Fancy Cars and Nice Houses
Last week, I drove through a neighborhood near my house to drop something off at a friend’s house. It is a beautiful neighborhood, with fancy houses, pools in most of the backyards and boats and four-wheelers sitting in every driveway. I would be lying if I said that I wouldn't want to trade my humble, ancient farmhouse for one of those fancy homes or to trade my Dodge minivan (paid off) for a souped-up Suburban.
But we, put simply, cannot afford it. It just isn’t in our financial cards.
Admittedly, some days I feel like I am the only person living in 2012 who still uses window air conditioning units in the summer (someone please tell me that you use them too!)
Worse is that as my children have gotten older they, too, have wondered why we couldn’t live in one of those ritzy subdivisions in a house with walk in closets in every room like their friends do.
I am ashamed to say that they have actually expressed embarrassment about inviting a friend over that they felt was ‘richer' than them. "Oh, she lives in a huge and fancy house – she cannot come here!"
As a parent that makes me feel bad.
But I also noticed as I was driving through that coveted subdivision, that nearly every other house there was up for foreclosure. And it got me thinking.
Do you think that some parents today are providing so many amenities for their children in an effort to keep up with the Joneses when they really cannot afford it?
Decades ago, families bought ‘starter homes' and ‘fixer uppers.' My mother in law didn't build her dream house until her boys were up and grown, and got by in a humble house in a middle class neighborhood. I grew up the same way. We definitely were not rich, but we weren't poor either. We had EVERYTHING we needed to be happy. This is exactly how my husband and I are raising our children.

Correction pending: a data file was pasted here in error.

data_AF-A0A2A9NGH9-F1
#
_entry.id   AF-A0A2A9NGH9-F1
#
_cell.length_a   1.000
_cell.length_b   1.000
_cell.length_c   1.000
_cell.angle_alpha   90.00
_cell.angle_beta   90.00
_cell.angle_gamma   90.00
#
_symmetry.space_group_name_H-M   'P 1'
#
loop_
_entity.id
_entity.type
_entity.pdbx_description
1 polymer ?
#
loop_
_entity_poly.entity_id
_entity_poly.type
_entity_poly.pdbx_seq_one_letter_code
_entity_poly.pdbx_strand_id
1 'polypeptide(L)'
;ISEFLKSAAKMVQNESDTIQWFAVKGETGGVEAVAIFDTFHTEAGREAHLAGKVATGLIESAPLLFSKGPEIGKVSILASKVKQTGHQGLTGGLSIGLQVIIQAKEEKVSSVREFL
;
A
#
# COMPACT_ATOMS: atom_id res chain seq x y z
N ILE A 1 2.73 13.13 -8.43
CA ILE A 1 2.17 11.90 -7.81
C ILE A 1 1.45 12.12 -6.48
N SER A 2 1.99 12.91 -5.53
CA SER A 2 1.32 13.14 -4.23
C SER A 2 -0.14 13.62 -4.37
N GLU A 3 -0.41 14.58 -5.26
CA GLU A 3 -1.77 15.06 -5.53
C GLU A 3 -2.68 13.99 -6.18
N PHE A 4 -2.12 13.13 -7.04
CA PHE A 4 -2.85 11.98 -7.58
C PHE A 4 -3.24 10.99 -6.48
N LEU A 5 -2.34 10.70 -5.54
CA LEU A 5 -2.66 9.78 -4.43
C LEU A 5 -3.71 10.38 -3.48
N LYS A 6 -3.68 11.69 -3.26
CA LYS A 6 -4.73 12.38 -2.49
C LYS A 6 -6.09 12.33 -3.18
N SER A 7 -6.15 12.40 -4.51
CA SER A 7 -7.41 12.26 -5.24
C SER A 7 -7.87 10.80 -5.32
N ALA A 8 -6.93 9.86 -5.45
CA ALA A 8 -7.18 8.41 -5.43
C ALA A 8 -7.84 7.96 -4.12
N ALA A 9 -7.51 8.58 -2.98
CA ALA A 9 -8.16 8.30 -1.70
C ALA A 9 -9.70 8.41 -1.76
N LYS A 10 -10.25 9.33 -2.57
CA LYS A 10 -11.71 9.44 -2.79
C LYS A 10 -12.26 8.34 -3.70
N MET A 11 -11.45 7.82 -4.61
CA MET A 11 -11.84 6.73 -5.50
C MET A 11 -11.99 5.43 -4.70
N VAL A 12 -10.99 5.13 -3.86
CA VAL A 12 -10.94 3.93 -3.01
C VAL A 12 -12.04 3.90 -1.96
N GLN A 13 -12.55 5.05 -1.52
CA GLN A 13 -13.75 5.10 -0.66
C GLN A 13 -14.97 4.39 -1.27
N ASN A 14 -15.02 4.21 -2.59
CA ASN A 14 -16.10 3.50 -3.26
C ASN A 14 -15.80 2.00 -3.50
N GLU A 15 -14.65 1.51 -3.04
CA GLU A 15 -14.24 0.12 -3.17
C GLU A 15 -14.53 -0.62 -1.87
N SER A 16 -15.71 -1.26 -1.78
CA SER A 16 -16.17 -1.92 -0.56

I also wonder if over-extending financial balance and giving kids so much at such a young age sets them up to expect too much from their lives. Won't they eventually feel like they have to live in a home they cannot afford just to be a good parent?
Still, it’s only natural to feel like a ‘have not' in a world of ‘haves’ when you are not the one living in mini-castle.
And when your kids become older, they notice these differences and will wonder why. It won't matter to them that you have stayed home and made sacrifices so you could invest time rather than money into your children. It will not matter to them that you are doing what YOU feel is best as a parent. And your children can make you wonder if you are in fact, doing the right thing.
I have taught my kids that people's homes and cars are not a measure of success. My children also know that while our house may be a 1900 farmhouse, that it is a HOME – and that it is plenty nice enough for any friend worth having. If someone were to judge me by my car or my house – they aren’t people I would want as friends anyways. I hope that one day my kids will see the sacrifices my husband and I have made to do what WE FEEL IS BEST FOR THEM.
And I have also tried to teach my kids that things in the world today are not always exactly as they appear. For me – the metaphorical Joneses mean nothing!
How do you feel? Does your home and car make a statement of worth about what kind of parent you are? Or do you think that people who feel that way are just shallow?